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Make sure your IPD setting is right. I have to use the ingame setting to bring everything to a realistic scale. Without everything was too small.

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As I said in my original post, I played around with in-game IPD. And it only effects cockpit. I'm talking about distance to the ground. I'm okay with how cockpit looks.

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On my end it affects everything, a good ingame situation for calibrating IPD is standing on the catapult of the super carrier in a F-18 or F-14 and watch the deckcrew running around your plane. If they look like children or giant NBA players, your IPD is off.

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More accurate way is to turn on VR Chaperone. The grid of your VR space. If the cockpit is moving or floating at different rate than the grid, then you're off.

 

Leaving the in-game IPD as is the correct scale to me.

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Never flown a plane IRL, but I've jumped out of a few. The first time I went to the edge to go, I was surprised the height caused less anxiety than cleaning the roof of my house as a kid. I guess something about perception of danger affects our perception of height? I dont know, but I always found it interesting

 

I was thinking it might be a perception of danger also. When I'm climbing up into the cockpit of an L-39 IRL, I don't feel any danger until I'm swinging my leg over the canopy rail onto the seat. Same goes for climbing back down. Its that transition point where you're in the most danger of falling that you feel the vertigo. You're only 7 or 8 feet off the ground at that point, but it feels like 100 feet because of the danger. Heh, these days its where I'm putting my foot in the top step on the aircraft that gives me the most fear. I can still hear the loud *POP* *POP* from my right ankle after getting my foot stuck once. :puke:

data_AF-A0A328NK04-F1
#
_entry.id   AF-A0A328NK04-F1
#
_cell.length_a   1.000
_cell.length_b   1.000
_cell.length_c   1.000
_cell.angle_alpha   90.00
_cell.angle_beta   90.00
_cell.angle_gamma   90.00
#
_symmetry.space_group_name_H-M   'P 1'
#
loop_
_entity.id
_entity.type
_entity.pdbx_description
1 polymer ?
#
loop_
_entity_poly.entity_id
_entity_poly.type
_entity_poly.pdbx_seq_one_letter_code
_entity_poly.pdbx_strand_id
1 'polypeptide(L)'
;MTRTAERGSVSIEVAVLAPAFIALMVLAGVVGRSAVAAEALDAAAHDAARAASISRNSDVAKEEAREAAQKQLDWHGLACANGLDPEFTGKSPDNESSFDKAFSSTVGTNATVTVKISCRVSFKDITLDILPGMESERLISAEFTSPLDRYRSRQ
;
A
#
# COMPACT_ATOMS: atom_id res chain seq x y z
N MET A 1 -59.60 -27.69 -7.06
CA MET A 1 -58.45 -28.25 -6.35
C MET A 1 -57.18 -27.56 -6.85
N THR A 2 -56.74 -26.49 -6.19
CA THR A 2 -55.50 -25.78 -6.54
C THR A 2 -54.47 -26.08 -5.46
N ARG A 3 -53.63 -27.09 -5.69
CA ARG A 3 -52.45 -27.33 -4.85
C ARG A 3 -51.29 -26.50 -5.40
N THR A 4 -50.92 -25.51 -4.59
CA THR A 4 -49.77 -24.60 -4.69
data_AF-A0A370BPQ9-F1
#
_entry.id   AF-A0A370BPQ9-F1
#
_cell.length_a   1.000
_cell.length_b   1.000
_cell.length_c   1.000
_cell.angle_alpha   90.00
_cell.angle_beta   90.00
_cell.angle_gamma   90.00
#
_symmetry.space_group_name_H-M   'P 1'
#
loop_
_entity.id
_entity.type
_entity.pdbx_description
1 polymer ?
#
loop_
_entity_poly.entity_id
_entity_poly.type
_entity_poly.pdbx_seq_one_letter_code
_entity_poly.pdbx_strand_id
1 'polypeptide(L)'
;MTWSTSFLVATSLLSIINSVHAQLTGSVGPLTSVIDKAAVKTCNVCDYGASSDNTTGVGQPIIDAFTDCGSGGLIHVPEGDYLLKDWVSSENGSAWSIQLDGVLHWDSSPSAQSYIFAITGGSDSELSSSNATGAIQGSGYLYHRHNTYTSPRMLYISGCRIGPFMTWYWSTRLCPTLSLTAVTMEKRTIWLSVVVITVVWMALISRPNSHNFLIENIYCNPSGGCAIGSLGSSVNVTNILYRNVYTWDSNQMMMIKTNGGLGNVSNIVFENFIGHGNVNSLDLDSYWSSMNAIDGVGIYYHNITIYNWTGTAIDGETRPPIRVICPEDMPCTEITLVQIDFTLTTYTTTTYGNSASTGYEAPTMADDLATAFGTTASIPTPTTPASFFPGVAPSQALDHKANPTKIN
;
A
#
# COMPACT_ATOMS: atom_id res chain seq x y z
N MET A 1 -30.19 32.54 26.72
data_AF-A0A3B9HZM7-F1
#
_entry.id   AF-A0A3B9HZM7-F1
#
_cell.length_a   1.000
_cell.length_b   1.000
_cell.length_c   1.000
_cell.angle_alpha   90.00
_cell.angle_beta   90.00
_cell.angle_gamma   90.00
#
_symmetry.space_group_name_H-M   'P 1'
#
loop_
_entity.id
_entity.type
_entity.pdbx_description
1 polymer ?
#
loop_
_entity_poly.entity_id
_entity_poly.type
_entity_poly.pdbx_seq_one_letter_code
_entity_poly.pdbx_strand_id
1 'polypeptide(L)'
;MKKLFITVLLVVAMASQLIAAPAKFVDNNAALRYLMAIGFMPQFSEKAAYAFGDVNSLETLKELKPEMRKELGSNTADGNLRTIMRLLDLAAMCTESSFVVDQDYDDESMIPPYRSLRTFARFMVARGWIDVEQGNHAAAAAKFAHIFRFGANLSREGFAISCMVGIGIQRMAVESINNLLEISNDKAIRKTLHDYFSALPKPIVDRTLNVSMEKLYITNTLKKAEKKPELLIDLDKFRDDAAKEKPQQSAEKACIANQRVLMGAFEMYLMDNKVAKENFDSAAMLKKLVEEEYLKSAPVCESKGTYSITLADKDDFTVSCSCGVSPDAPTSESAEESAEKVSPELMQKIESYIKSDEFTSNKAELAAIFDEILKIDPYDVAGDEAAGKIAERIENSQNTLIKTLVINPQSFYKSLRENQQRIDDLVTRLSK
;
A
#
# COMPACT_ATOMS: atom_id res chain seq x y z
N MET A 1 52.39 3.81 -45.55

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If you can judge the height to make smooth landings you at least have some clues about how high you are from the ground.

 

I think the problem that relieves the height dizzines might come from a few issues:

 

The ground is in most cases textured so you can not distinguish any parts and recognize what it is, and the size of them. The brain judges hight and distance with both known size compared to the size on the retina and also the eyes converging angle (at distanses up to around 5m. It work worse but can have some impact up to 10m).

If you cant know the size of the objects, that part of the brains height judgement is lost.

 

The converging eye part for sure works very well for me at close distances. If I lean forward towards the instrument panel I get the feeling that Im really close to it. I both guess and feel that this is quite good simulated by the VR systems and the games.

 

Full flight simulators are not as good as VR is on this part. The picture is presented on a dome with a fixed distance, and regardless of what is shown the eye convergence is the same.

IRL flying in the mountains often makes the distance judgement very off, because you cannot se if a rock is 1 by 1 meter or 30 by 30m.

With NVG the eye converging part is not there and the close distance judgement need some training to work safe( close formation flights, for example).

 

There is a demo for oculus rift(Dreamdeck?) where you are standing on a sort of bridge on a roof of a high building. That part at least gave me a good feeling of heights.

 

I think itight work to get the feeling of height by putting out a refueling truck on the apron in DCS and then taxi close to it. The size of the truck should be easy for the brain to understand.

 

@Taz1004: Did you try the supercarrier with crew on deck ?

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The converging eye part for sure works very well for me at close distances. If I lean forward towards the instrument panel I get the feeling that Im really close to it. I both guess and feel that this is quite good simulated by the VR systems and the games.

 

I have no problem with convergence or at close range. Every distance is the way it should be. My Vive Pro has camera overlay so if I enable it and move my hands and controllers around, everything in the cockpit are matched 1:1. I even measured the cockpit with a tape measure and camera overlay.

 

But it is focal length of EACH eye that I have doubt on. Like looking through a binocular (not a lot but slight).